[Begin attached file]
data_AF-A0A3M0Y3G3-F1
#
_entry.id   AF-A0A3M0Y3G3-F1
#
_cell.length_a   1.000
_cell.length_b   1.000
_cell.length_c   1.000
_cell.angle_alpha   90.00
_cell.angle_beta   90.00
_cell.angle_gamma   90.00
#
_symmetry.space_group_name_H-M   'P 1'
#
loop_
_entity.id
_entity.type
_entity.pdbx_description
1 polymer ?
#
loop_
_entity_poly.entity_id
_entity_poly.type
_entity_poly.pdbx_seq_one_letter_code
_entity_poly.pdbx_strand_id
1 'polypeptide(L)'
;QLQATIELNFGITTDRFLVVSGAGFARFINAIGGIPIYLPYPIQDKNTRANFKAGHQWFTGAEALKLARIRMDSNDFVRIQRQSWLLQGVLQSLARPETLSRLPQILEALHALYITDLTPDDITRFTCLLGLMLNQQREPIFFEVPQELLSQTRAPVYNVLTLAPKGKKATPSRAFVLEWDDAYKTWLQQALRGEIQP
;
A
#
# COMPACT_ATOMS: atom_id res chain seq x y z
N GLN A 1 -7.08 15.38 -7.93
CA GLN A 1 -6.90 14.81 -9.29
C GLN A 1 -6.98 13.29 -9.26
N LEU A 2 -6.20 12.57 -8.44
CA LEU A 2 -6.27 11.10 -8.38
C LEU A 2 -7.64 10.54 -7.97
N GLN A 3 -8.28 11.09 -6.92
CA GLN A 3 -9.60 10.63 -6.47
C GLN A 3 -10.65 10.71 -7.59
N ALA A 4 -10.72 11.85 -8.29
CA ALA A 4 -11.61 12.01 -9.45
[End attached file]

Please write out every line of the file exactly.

data_AF-A0A3M0Y3G3-F1
#
_entry.id   AF-A0A3M0Y3G3-F1
#
_cell.length_a   1.000
_cell.length_b   1.000
_cell.length_c   1.000
_cell.angle_alpha   90.00
_cell.angle_beta   90.00
_cell.angle_gamma   90.00
#
_symmetry.space_group_name_H-M   'P 1'
#
loop_
_entity.id
_entity.type
_entity.pdbx_description
1 polymer ?
#
loop_
_entity_poly.entity_id
_entity_poly.type
_entity_poly.pdbx_seq_one_letter_code
_entity_poly.pdbx_strand_id
1 'polypeptide(L)'
;QLQATIELNFGITTDRFLVVSGAGFARFINAIGGIPIYLPYPIQDKNTRANFKAGHQWFTGAEALKLARIRMDSNDFVRIQRQSWLLQGVLQSLARPETLSRLPQILEALHALYITDLTPDDITRFTCLLGLMLNQQREPIFFEVPQELLSQTRAPVYNVLTLAPKGKKATPSRAFVLEWDDAYKTWLQQALRGEIQP
;
A
#
# COMPACT_ATOMS: atom_id res chain seq x y z
N GLN A 1 -7.08 15.38 -7.93
CA GLN A 1 -6.90 14.81 -9.29
C GLN A 1 -6.98 13.29 -9.26
N LEU A 2 -6.20 12.57 -8.44
CA LEU A 2 -6.27 11.10 -8.38
C LEU A 2 -7.64 10.54 -7.97
N GLN A 3 -8.28 11.09 -6.92
CA GLN A 3 -9.60 10.63 -6.47
C GLN A 3 -10.65 10.71 -7.59
N ALA A 4 -10.72 11.85 -8.29
CA ALA A 4 -11.61 12.01 -9.45